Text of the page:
Well, I just got my DB dual-link code working and guess what? There are two types of new dual-linked ALSs.

Type 1 is via a bi-value stem with 2 ALSs that also share a common RCD in addition to the stem.
Type 2 is via a bi-local stem with 2 ALSs that also share a common RCD in addition to the stem.

Type 2 could be considered a "standard" dual-linked ALS with the bi-local bridging one of the RCDs, but what the heck is up with a Type 1?

In all cases, the stem must be considered as one of the participating RCD cells for whichever candidate is being used as an RCD with the respective ALS. In the case of Type 2, both ALSs "see" the same RCD value. In the case of Type 1, each ALS "sees" a different RCD value, so it almost looks like they are sharing a trio of candidate values. Weird, but it works like a charm.

I'll be posting details tomorrow and refreshing the code for those who might want to look at these things in Xsudo. In the royle17 collection and filtering just on DB dual-links, there were 1756 located with 7378 eliminations. In contrast, using the same collection and filtering on ALS dual-links, there were only 867 located with 4624 eliminations.
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Postby ronk » Wed Mar 25, 2009 4:59 pm

PIsaacson wrote:Well, I just got my DB dual-link code working and guess what? There are two types of new dual-linked ALSs.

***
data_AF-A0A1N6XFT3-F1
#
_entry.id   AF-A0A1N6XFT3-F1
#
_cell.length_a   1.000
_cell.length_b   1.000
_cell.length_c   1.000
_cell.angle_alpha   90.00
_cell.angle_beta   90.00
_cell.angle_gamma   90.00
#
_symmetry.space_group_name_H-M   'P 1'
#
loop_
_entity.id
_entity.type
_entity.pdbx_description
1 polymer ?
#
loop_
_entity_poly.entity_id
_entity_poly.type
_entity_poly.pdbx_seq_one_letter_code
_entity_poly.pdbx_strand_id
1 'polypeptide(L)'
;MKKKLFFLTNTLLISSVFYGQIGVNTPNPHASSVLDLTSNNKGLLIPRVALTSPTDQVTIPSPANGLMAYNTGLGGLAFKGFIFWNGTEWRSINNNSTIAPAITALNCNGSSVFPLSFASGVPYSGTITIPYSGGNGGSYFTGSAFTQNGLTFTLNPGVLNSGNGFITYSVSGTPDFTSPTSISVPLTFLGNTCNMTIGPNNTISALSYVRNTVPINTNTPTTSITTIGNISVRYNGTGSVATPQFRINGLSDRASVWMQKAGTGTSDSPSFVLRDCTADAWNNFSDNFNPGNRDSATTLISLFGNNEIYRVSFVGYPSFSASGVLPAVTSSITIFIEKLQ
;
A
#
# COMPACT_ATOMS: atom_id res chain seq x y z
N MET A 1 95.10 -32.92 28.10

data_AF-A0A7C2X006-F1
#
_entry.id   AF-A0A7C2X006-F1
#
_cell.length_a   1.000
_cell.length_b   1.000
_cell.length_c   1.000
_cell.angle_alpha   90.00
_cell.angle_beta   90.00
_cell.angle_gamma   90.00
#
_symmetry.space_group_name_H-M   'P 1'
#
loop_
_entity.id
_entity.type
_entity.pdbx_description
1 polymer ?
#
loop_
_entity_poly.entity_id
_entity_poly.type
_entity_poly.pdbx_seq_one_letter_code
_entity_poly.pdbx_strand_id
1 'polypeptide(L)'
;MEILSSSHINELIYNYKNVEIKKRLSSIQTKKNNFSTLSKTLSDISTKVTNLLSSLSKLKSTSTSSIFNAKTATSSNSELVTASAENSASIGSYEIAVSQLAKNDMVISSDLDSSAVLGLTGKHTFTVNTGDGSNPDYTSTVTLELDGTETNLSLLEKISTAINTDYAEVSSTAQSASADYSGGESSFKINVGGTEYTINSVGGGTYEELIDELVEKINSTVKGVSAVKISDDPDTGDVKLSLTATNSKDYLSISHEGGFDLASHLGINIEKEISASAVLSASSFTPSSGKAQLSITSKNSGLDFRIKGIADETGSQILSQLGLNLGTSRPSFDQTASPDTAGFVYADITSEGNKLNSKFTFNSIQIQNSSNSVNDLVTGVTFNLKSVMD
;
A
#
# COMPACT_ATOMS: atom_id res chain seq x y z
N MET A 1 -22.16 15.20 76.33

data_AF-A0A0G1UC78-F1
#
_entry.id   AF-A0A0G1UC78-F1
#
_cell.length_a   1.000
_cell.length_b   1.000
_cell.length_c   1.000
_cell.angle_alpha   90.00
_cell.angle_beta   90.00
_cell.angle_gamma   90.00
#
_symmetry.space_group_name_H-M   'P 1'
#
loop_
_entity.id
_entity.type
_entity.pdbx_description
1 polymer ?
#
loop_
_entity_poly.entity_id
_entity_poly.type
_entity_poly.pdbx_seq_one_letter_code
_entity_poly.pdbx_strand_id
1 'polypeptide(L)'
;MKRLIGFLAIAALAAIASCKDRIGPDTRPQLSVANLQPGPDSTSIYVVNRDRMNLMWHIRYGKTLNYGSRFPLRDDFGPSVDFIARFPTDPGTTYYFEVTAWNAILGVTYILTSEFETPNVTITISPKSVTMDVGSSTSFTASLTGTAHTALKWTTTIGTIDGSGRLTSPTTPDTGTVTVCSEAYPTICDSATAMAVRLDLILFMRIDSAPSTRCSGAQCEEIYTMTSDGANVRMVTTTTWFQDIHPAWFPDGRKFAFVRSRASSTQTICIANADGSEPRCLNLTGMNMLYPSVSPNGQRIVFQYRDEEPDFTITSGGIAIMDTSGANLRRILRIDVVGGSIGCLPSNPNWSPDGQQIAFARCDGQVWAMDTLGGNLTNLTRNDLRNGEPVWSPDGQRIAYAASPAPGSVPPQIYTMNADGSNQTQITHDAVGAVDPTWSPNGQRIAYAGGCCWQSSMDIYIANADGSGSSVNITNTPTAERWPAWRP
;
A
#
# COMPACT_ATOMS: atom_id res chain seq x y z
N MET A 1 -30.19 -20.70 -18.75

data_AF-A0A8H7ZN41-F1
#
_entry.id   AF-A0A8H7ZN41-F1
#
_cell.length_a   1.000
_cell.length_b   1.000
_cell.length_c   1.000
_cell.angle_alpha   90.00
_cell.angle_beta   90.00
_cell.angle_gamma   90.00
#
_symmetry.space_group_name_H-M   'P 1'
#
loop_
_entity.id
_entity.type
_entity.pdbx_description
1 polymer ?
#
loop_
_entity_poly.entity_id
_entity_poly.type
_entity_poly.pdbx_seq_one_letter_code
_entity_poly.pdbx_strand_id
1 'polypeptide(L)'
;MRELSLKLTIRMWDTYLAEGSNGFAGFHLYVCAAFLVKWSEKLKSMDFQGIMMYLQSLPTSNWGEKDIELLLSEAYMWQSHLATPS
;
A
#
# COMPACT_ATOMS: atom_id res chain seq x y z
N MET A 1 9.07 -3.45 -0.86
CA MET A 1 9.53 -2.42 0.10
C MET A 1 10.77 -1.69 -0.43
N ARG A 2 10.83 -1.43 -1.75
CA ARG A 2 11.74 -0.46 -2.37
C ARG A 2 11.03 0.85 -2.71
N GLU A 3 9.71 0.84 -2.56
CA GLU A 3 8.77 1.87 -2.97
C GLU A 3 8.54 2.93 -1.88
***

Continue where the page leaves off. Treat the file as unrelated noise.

Type 1 is via a bi-value stem with 2 ALSs that also share a common RCD in addition to the stem.
Type 2 is via a bi-local stem with 2 ALSs that also share a common RCD in addition to the stem.

Type 2 could be considered a "standard" dual-linked ALS with the bi-local bridging one of the RCDs, but what the heck is up with a Type 1?

Would you please post an example of your "Type 1"?
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Postby aran » Wed Mar 25, 2009 6:53 pm

Allan Barker wrote:
PIsaacson wrote:The following is a 5 petal Death Blossom from the royle17 collection:
[............]
The ALS chain r8c4.<n58> -8- r8c8.<n28> -2- r8c6.<n12> -1- r14569c5.<n145678> => r7c5 is the closest match to the DB, but my engine doesn't find any equivalent for r5c4 or something that covers both in one fell swoop.

Some of the Death Blossoms posted here are true beauties that might be described in a variety of ways however, PIsaacson's Royal 5 is really something different. (For the sake of argument, I have included one of the two eliminations but the second one follows the same argument)

Code: Select all
Puzzle #9 royle17 36628 collection [from PIsaacson]
+------------------+------------------------+----------------------+
| 38   5689  35679 | 345678  45678    34567 | 3689   1      2      |
| 4    2568  1356  | 3568    9        12    | 368    3678   3678   |
| 12   689   3679  | 3678    12       367   | 3689   5      4      |
+------------------+------------------------+----------------------+
| 138  7     3459  | 2       (456)    34569 | 13568  3689   35689  |
| 6    2589  1359  | 379-5   (57)     3579  | 4      23789  135789 |